‘Just like a potter shapes the clay, the culture of an organization shapes its people!’
In this blog, I will explore the importance of organizational learning culture in a company’s growth agenda and how training and L&D programs can facilitate the same with a focus on right, relevant, engaging, and readily-available content.
What is Organizational Culture?
Culture is that unseen force which can either make or break any organization. Its potential is often overlooked which leads to a certain behavior or trend that gets set unknowingly. Let me share a story with you to drive home this point-
‘There was a kingdom which was ruled by a king who had a vision of ruling the world. He had a team of wise men whom he trusted the most. He called them his – Inner Circle. He would only listen to them and trust no one else. For a certain number of years, this worked fine and the kingdom started to grow. However, slowly they started reaching a stagnancy level, when it came to idea generation. Growth started stunting and slowly they started losing to other kings whose troupes had better planning and execution in place. This was the culture that got set unknowingly. The king started getting restless as he couldn’t figure what was going wrong. That’s when a pandit approached him and said, “Your highness, your problem has a simple solution but you would need to be more receptive in your approach.” The king was desperate and agreed.’
The pandit said, “Your highness, your culture needs to be fixed. The reason why your wise and talented men are not able to find a solution to the problems is because their knowledge gaining has stopped. They are unable to think of any innovative methods to fight back because their learning has become limited. Open the doors of limitless learning and let your wise men swim in the ocean of wisdom. Then see the difference.” The king obliged and did as the pandit suggested. He hired teachers from far and beyond and gave his wise men holistic learning. This started stimulating their brains and ideas started flowing. Slowly they started to grow and from that day onwards they never looked back.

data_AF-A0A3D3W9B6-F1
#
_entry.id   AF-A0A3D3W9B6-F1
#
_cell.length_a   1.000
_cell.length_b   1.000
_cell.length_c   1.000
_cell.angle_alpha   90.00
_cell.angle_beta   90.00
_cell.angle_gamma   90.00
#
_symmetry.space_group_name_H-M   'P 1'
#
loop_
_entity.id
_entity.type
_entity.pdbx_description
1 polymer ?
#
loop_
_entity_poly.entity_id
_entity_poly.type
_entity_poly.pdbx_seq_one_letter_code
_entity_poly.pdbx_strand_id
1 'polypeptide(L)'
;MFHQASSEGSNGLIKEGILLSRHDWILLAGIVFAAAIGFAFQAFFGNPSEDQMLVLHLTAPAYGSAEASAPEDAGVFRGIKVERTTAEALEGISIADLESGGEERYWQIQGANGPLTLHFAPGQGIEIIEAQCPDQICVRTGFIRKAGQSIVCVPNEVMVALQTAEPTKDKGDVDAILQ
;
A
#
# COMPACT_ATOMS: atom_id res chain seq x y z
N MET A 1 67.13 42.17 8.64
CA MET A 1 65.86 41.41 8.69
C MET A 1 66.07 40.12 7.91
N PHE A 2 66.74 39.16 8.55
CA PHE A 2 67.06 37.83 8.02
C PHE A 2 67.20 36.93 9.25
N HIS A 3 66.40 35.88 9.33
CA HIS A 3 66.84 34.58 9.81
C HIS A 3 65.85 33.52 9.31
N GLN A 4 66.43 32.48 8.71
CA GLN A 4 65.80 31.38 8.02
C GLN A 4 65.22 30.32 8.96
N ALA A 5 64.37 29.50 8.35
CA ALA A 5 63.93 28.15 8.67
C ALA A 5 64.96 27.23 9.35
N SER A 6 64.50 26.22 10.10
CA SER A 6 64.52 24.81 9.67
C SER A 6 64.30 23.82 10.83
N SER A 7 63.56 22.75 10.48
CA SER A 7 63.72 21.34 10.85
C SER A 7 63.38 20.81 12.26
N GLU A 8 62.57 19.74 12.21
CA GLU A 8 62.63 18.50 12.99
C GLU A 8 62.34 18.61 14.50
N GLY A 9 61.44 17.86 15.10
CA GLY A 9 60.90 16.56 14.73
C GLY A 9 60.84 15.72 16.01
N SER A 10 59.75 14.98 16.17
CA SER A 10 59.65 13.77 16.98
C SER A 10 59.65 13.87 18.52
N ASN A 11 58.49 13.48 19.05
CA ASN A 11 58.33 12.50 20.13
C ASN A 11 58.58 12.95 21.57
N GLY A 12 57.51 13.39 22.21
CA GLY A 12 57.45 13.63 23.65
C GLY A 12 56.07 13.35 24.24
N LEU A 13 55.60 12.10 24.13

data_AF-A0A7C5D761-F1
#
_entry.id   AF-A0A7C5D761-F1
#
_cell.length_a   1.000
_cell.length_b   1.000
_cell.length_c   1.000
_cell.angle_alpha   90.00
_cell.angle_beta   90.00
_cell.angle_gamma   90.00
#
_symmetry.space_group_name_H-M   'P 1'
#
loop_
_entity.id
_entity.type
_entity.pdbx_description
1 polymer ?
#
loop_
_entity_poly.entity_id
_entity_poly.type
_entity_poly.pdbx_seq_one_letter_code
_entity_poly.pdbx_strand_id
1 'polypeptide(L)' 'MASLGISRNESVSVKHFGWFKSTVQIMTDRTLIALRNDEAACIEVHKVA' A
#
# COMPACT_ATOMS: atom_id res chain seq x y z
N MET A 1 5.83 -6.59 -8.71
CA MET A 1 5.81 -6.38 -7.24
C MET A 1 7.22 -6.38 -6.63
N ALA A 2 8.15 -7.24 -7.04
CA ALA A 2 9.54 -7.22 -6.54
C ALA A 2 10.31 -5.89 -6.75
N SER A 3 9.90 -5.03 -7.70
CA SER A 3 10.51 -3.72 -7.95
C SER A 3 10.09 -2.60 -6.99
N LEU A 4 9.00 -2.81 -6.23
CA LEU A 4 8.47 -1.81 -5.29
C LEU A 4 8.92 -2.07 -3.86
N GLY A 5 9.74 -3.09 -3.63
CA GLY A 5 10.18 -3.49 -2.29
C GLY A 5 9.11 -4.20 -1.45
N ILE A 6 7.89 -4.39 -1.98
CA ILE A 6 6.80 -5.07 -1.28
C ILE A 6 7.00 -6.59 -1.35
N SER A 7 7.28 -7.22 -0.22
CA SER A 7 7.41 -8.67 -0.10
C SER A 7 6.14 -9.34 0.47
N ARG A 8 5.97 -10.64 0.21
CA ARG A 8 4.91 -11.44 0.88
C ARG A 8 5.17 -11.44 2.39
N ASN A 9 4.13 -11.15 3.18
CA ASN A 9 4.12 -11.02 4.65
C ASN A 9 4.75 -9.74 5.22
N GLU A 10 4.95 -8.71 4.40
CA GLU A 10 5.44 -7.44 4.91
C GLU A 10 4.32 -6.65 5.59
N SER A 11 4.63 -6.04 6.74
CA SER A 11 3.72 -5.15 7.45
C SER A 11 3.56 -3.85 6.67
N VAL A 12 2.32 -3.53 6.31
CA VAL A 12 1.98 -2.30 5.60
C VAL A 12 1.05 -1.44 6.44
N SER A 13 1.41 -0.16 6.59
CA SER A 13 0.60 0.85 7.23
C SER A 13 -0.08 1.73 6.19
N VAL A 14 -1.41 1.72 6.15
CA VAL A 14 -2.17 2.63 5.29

This was the mantra that worked back then and which, I believe, will work even in today’s times.
“Open the doors to limitless learning and let your people swim in the ocean of wisdom. Then see the difference!”
How can organizations build a learning culture?
In a recent poll posted on LinkedIn by our AVP Marketing, Pranjalee Lahri, on the topic ‘where does the onus of culture management lie?’, the results suggested a stunning leaning towards a combined effort, with 69% agreeing that it’s a shared responsibility of HR, L&D, top management and the employees.
Making learning a part of culture would be a win-win situation for both the employees and the employer. An IBM study focusing on the value of employee training showed that 84% of employees within the best performing organizations are receiving the training they need, compared with 16% in the worst-performing companies. And in another recent eLearning report, 94% of employees said investment in training and development is one of the major reasons they would decide to stay in a role for longer.